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|Directed by||Eli Cohen|
|Produced by||David Brandes|
|Written by||Chaim Grade, David Brandes and Joseph Telushkin|
R. H. Thomson
|Music by||William Goldstein|
|Edited by||Havelock Gradidge|
|Running time||85 minutes|
Two estranged friends – one a rabbi, and the other, an agnostic writer— are compelled to resume an argument that caused a separation between the pair many years earlier, after a chance meeting pushes the duo together once more. The Quarrel is a touching film that trails writer Chaim and his friend from youth, Rabbi Hersh, during their journey in a scenic park in Montreal as they return to an old argument regarding God and ethics; one that has newfound importance following the Holocaust that occurred since their last contact.
A chance encounter on the Jewish New Year offers Chaim and Hersh a final opportunity to face the past, clarify their conduct, and attempt to understand the vastly dissimilar lives they’ve led. On the forenoon of Rosh Hashana, Chaim gets bacon and eggs for his first meal of the day and receives a telephone call from the lady he casually slept with the previous night, whereas Hersh is down by the lakefront guiding his yeshiva scholars in prayer. Their way of life and beliefs could not differ any further, however boyhood friendships many times will develop beyond rationality. While the two gentlemen reveal their Holocaust incidents and describe how the lives they lead have strengthened their viewpoints, ‘the quarrel’ that develops turns into a battle to determine whether they are best friends or angry foes. But rather than boiling things down to a straightforward right-or-wrong reality, The Quarrel fleshes out their opposing perspectives and then lets them stew unsettled, acknowledging life’s complexities.
For the two Holocaust survivors, discussing God awakens intense sentiments. To the rabbi, Hersh, the Holocaust demonstrated that assimilation is not possible and inappropriate, and he has since devoted his days to his yeshiva and to strengthening the Jewish faith amongst God’s chosen people. Conversely, Chaim cannot resolve the promise that Jews are God’s chosen people with the atrocious murder of six million innocents. He thinks that if God exists, He broke his covenant with the Jewish people at Auschwitz concentration camp.
Opposed to supporting either man’s view, the exceptional discourse captures an impartial look at both religious and secular thought to portray the most compelling arguments for both, as the two friends continue their long-inactive dispute. Hersh maintains that his religious beliefs were only reinforced by the Holocaust, and that the abandonment of Judaism would be an offense to every Jew that died. He contends that without religious conviction man would be ruled by reason, the same “reason” that permitted individuals to ignore the killing of their Jewish neighbors. Chaim, in contrast, answers that faith in God doesn’t automatically make citizens behave ethically and that nonbelievers are able to be the most honorable of all. He reasons that belief in humanity and a love for mankind are what compel us to perform virtuous actions.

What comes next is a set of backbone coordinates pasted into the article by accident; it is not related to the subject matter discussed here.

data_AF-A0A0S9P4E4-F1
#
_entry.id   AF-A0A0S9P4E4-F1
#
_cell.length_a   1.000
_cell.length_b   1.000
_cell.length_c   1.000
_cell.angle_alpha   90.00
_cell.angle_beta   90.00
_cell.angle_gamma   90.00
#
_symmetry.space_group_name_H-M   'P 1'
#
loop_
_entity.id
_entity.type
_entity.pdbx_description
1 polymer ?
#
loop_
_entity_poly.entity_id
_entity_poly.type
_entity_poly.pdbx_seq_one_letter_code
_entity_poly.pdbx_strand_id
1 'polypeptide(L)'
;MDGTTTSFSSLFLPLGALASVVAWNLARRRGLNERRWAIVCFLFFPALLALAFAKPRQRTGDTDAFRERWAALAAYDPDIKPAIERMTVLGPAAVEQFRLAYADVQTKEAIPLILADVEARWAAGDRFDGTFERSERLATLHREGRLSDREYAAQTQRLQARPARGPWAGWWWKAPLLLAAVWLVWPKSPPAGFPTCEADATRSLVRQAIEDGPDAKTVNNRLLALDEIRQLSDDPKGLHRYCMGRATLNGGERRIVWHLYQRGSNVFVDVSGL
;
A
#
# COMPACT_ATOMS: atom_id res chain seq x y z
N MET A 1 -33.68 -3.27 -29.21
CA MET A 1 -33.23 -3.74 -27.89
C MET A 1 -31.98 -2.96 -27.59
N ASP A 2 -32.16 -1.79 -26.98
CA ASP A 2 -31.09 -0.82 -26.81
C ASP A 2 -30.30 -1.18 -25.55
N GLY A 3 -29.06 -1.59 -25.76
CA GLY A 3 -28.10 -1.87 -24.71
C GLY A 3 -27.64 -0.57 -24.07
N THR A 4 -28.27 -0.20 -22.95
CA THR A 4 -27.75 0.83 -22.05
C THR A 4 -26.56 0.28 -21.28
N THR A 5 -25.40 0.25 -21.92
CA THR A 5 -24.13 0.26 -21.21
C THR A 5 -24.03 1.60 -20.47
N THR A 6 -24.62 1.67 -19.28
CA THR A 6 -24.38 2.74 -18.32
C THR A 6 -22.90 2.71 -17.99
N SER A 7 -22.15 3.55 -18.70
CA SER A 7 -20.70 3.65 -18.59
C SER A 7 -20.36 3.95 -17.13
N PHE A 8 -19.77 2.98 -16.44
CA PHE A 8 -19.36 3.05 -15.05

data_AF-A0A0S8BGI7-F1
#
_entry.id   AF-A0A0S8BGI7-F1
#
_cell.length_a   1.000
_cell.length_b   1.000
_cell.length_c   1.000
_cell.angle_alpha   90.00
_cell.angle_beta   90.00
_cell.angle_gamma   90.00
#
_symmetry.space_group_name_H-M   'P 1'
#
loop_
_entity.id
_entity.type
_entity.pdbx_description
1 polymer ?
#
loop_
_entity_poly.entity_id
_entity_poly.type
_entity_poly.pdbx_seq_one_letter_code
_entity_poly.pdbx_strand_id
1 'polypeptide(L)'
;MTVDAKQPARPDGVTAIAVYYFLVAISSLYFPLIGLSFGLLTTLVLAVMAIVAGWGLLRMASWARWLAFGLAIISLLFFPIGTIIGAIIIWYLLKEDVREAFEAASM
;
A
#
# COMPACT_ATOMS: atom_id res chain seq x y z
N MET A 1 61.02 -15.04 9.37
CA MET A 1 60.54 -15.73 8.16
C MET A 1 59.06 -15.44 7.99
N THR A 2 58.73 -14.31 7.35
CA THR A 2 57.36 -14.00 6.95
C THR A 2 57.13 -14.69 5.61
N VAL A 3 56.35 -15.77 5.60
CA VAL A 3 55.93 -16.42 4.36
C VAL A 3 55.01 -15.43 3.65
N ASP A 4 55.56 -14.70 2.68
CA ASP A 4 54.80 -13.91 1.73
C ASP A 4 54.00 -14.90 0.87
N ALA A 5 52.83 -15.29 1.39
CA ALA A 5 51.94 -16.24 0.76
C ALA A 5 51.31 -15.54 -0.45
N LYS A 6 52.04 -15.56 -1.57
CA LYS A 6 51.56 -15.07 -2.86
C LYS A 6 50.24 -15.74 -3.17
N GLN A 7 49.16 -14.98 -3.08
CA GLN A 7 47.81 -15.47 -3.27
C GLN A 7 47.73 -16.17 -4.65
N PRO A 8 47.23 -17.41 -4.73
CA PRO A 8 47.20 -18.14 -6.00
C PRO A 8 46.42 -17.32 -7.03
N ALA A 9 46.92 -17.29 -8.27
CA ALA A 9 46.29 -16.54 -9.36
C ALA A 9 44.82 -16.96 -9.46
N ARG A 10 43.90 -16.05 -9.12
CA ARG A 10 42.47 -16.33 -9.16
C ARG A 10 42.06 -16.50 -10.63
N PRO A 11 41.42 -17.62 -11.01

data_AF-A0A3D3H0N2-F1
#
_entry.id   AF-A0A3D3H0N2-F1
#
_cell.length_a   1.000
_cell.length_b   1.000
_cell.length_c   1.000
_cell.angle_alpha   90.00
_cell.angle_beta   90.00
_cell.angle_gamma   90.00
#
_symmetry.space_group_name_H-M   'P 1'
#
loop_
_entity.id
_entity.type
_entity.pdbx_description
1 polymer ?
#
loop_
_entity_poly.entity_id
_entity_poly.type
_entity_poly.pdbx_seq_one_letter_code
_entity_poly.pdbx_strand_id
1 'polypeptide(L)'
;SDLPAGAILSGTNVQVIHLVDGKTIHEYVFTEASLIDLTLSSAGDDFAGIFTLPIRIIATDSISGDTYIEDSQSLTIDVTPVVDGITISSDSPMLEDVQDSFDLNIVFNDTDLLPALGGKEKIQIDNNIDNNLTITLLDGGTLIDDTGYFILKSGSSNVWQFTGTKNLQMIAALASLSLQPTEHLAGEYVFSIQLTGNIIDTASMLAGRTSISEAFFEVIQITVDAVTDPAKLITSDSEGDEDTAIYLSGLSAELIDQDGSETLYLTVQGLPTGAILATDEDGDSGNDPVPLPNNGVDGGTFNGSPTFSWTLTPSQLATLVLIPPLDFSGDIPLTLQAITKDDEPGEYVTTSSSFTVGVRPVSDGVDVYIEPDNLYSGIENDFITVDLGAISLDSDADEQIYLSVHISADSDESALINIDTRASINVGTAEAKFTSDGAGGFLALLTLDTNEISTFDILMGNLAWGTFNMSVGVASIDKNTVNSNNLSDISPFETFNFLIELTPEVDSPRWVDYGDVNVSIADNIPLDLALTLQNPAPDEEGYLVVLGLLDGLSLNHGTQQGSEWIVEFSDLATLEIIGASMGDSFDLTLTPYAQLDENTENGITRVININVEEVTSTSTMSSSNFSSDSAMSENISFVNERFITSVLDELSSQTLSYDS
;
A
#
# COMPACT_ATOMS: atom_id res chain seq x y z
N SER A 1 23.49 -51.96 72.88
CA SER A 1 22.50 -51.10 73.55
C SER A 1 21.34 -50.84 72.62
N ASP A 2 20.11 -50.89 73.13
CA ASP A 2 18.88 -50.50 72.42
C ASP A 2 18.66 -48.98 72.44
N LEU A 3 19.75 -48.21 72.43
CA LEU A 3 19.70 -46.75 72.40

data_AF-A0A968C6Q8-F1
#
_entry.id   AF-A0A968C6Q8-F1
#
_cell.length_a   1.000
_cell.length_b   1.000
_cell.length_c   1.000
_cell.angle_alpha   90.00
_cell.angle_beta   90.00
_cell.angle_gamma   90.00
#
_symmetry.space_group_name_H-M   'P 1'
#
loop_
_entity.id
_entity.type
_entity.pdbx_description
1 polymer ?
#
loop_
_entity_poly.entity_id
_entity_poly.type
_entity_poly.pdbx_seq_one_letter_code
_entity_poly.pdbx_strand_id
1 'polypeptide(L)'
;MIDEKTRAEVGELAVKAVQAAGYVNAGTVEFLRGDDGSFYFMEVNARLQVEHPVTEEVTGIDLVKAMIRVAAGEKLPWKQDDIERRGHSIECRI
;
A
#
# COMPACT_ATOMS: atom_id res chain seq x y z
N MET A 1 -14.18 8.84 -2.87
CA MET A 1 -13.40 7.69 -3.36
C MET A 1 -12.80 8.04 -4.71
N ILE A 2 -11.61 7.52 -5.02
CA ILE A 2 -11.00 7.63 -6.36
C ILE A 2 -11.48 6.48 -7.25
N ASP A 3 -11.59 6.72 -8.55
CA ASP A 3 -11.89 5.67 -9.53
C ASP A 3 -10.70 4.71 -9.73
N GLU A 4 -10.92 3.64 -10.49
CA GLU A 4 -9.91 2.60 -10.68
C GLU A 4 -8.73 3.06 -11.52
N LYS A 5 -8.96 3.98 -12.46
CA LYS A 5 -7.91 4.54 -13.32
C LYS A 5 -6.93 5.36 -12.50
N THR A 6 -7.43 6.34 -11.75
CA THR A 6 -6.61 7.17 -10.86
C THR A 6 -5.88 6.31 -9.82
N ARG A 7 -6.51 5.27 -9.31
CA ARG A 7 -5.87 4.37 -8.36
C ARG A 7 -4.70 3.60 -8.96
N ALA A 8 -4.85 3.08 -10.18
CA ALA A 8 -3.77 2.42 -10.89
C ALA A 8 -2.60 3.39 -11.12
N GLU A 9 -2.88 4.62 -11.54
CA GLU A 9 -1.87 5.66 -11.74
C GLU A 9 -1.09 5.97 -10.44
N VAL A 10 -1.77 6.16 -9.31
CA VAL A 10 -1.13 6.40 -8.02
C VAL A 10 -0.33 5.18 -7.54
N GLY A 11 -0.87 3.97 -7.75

A mutual characteristic the two men share is rage; Chaim reveals that he lost his wife and sons, while Hersh divulges that he too lost his relatives in warfare and is the only surviving member of his family. The tremendous agony they have suffered has left a rage fuming within both of them, which reaches their exteriors and manifests as harshness.
Overall, The Quarrel takes an intimate view of friendship in attempting to understand what links two individuals. It is not only a common event or like way of thinking that connects humans. It is an enthusiasm and force that cannot be simply identified. Friends do not always see eye-to-eye. Hostility can originate from intense concern and sincere interest in what is best for the other person. Guests may be compelled to grin and nod, but someone who cares for you is not afraid to disagree.
Citing the authors’ long-held belief that the screenplay would adapt well to the live stage, Brandes completed revisions in 1999 and The Quarrel premiered in February, 1999 at The Playwrights Theatre of New Jersey, a theatre dedicated to nurturing new work. The play, featuring three actors Sam Guncler as Chaim, Reuven Russell as Hersh, and Philip Alberti as Joshua), and directed by Susan Fenichell, was critically acclaimed and its initial run extended to accommodate demand. The theatre also revised its performance schedule to accommodate the Jewish Sabbath in deference to Russell's observance. Avi Billet took over the role of Joshua for a number of performances in different venues after the production's New Jersey closing. Russell and Guncler returned in September, 2008 to star in the off-Broadway premiere of The Quarrel, with Federico Trigo as Joshua. The play was newly directed by Robert Walden and produced at the DR2 Theatre by Gallant Arts, in association with Matt Okin and Melanie Sylvan. Since closing in New York City, the production continues to tour the United States.
- "The Quarrel - Movie - Review". The New York Times. November 1992. Retrieved August 25, 2008.